Don't know, but this may account for some of the things I've heard about the Stones' performance, particularly about Mick's. It appears to be Received Wisdom that The Who torched the Stones at this gig. I'd certainly never be one to denigrate the Who's diamond-hard rendition of "A Quick One," clearly superior in my mind to the one on the expanded "Live At Leeds." There may never have been a live band to match the Who, when they had it going as they clearly did here. The Who are the punk gods of White Middle-Class Outcast Rage. Daltrey punches up his lyrics --- literally, with his fists and the mic -- with a palpaple physical anger, which each of the other band members equals in his own way. The sterling quality of the music they managed to put out while emoting like this is one of rock's Seven Wonders, and it would be hard to come up with the other Six.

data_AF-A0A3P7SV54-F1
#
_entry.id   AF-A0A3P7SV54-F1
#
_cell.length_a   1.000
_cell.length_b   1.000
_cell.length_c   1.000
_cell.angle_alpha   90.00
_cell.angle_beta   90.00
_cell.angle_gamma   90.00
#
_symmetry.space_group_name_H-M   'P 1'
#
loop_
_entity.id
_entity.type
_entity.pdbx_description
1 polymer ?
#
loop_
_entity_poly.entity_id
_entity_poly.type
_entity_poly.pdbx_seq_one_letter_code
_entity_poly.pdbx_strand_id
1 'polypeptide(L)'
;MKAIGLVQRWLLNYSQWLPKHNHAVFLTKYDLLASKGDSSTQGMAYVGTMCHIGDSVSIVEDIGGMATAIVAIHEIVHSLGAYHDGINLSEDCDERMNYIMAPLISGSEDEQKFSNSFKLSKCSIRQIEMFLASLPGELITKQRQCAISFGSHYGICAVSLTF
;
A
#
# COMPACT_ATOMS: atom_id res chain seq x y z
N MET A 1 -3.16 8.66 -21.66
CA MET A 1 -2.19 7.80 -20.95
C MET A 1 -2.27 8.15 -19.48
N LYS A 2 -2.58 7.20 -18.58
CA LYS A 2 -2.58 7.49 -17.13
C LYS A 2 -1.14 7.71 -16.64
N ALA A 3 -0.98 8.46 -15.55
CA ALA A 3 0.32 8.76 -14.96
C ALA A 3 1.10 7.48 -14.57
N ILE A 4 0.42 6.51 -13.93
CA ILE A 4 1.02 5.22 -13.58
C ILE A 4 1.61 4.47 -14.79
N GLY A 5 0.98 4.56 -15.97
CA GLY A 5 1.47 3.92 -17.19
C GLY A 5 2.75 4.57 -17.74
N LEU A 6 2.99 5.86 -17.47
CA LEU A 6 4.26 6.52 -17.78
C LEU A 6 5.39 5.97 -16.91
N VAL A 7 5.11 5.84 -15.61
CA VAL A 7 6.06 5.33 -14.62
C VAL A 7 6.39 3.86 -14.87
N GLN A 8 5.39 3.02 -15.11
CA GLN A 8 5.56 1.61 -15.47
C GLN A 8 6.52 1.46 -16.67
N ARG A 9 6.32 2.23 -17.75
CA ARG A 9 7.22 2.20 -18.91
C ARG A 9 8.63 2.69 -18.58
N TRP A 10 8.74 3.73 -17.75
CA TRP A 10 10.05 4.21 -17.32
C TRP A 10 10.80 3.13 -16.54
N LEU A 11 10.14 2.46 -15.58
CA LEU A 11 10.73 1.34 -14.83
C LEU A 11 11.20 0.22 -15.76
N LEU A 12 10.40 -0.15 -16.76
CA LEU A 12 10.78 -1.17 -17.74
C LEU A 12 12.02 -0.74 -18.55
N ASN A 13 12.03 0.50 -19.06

But in my humble, the Stones give them a major run for their money here. Mick's performance, often panned as over the top, is from my view classic Mick, all the way through. He has his awkward moments, for sure. The Stones were playing a new music now, demanding a different onstage group persona from the songs they'd played before screaming teens in the mid-sixties, and the Circus shows Mick trying it on for size. He pops a couple of stitches and loses a button or two (and, of course, pulls off his shirt), but he succeeds, in the end, grandly. As Pete Townshend puts it in his interview here, Jagger's the only Circus musician to be looking through the camera at an audience 30 years down the road. Watch him; Townshend's right. I've been a Stones fan for more than 30 years, and I think that if you want to see the Stones doing what only they can - could once - do, this DVD may be the best place. It's at least one of them. If you are a Mick Jagger connoisseur in particular, this performance is essential. (Same for The Who; same for John Lennon.) It shows much of the arena posturing Mick's been doing for the last 30 years for the hollow sendup of himself that it is. And remember that the Stones - including among their number the key organizer of the event as lead singer - came on at the scrag end of what college kids would call an all-nighter; the Who were not only fresh from the road but nowhere near normal bedtime when they went on.